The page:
Cowgill Hall, the main facility for Virginia Tech's School of Architecture + Design and the administrative offices of the College of Architecture and Urban Studies, has been named the winner of the Virginia Society of the American Institute of Architects Test of Time Award.
The Test of Time Award, created in 1981, is awarded annually to a building or group of buildings that has functioned in essentially the same manner as originally designed for at least 25 years.
Cowgill Hall was designed by Henry V. Shriver, a 1952 graduate of Virginia Tech, in the modern style. The four-story, 63,000-square-foot reinforced concrete building is cut into the top of a hill along the northwest edge of campus. The symmetric omni facial facade works with cantilevered two-way open-floor slabs on a 32-foot bay column grid.
The structure's six-foot-wide pre-cast wall panel and bronze aluminum window wall mullion spacing is a departure from the traditional campus architecture as is the moveable modular interior wall system. The first floor houses student shop and studio spaces surrounding two vertical circulation and plumbing/mechanical cores, allowing a high degree of spatial and building systems flexibility. The second floor connects to Cowgill Plaza by a bridge, which serves as the entrance to the lobby, administration offices, and college library overlooking the mountain vistas. The top floors contain open studio and office space. The building employs a dual duct, high velocity mechanical system.
Shriver and Holland Associates was founded in Norfolk, Va., in 1956 as a partnership between Henry V. Shriver and Ayler J. Holland Jr. The firm continues to grow and provides a full range of architectural and project coordination and management services. In 1999, the firm completed Burchard Hall, a 42,000-square-foot addition to Cowgill Hall. Matthew W. Shriver, a 1985 graduate of Virginia Tech, was the lead architect in the project.
Built of reinforced concrete, Burchard Hall is sited below grade, preserving an important open campus space, Cowgill Plaza, south of Cowgill Hall. Shriver and Holland Associates continues to seek public and private project assignments emphasizing changes that result in distinctive lasting and serviceable design.
Cowgill Hall is named for Clinton Harriman Cowgill (1897-1975), the founder of Virginia Tech's Department of Architectural Engineering, which developed into today's architecture program. Cowgill headed the program from 1928, when he established it and developed the initial curriculum, until 1956, guiding its growth from 34 students and two faculty members to 229 students and 13 faculty members. During his years at Virginia Tech, he wrote two books on architecture and building; played a significant role in planning for the physical development of the campus under three administrations; and served on the Virginia State Board for Examination and Certification of Professional Engineers, Architects and Landsurveyors. He earned his degree in architecture from the University of Illinois and was employed by the Department of Architectural Engineering at Iowa State College when Virginia Tech hired him in 1928.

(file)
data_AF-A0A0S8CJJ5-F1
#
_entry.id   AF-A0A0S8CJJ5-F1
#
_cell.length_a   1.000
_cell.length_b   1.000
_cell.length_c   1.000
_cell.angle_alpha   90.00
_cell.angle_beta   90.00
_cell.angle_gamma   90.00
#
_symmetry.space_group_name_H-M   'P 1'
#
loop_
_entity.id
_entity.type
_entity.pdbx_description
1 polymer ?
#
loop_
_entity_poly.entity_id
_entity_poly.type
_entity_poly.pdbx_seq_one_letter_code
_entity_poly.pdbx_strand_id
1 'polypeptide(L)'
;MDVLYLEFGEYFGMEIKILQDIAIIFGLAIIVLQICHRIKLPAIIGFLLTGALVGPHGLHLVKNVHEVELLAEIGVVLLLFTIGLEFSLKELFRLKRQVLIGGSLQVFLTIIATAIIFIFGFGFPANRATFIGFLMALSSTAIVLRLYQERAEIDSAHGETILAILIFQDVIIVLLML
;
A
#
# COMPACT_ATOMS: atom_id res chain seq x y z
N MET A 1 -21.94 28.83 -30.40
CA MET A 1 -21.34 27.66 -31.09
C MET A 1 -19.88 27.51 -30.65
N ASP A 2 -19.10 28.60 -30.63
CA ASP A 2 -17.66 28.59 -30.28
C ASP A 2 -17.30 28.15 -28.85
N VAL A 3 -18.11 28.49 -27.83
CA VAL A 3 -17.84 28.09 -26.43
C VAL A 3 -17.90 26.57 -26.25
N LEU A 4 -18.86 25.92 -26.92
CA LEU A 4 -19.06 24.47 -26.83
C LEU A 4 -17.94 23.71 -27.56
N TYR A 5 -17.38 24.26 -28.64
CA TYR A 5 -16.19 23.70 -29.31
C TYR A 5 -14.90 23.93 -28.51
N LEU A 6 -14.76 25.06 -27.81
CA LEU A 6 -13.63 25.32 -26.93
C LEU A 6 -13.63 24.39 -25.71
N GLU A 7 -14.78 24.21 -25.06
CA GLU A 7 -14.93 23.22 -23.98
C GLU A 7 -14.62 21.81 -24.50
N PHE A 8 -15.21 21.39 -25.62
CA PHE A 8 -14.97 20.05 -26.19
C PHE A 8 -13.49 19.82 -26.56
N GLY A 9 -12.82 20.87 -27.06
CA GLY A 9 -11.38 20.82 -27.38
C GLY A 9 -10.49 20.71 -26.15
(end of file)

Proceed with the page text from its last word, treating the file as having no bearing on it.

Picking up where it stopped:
Founded in 1914, the Virginia Society of the AIA is a professional organization representing more than 2,000 Virginia architects. The organization is dedicated to advancing the knowledge of the art and science of architecture among professionals and expanding the awareness and appreciation of architecture among the general public.
The College of Architecture and Urban Studies at Virginia Tech is one of the largest colleges of its type in the nation. The college is composed of two schools and the departments of landscape architecture, building construction, and art and art history. The School of Architecture + Design includes programs in architecture, industrial design and interior design and the School of Public and International Affairs includes programs in urban affairs and planning, public administration and policy, and government and international affairs. The college enrolls more than 2,000 students offering 22 degrees programs taught by 160 faculty members. Virginia Tech, the most comprehensive university in Virginia, is dedicated to quality, innovation, and results to the commonwealth, the nation, and the world.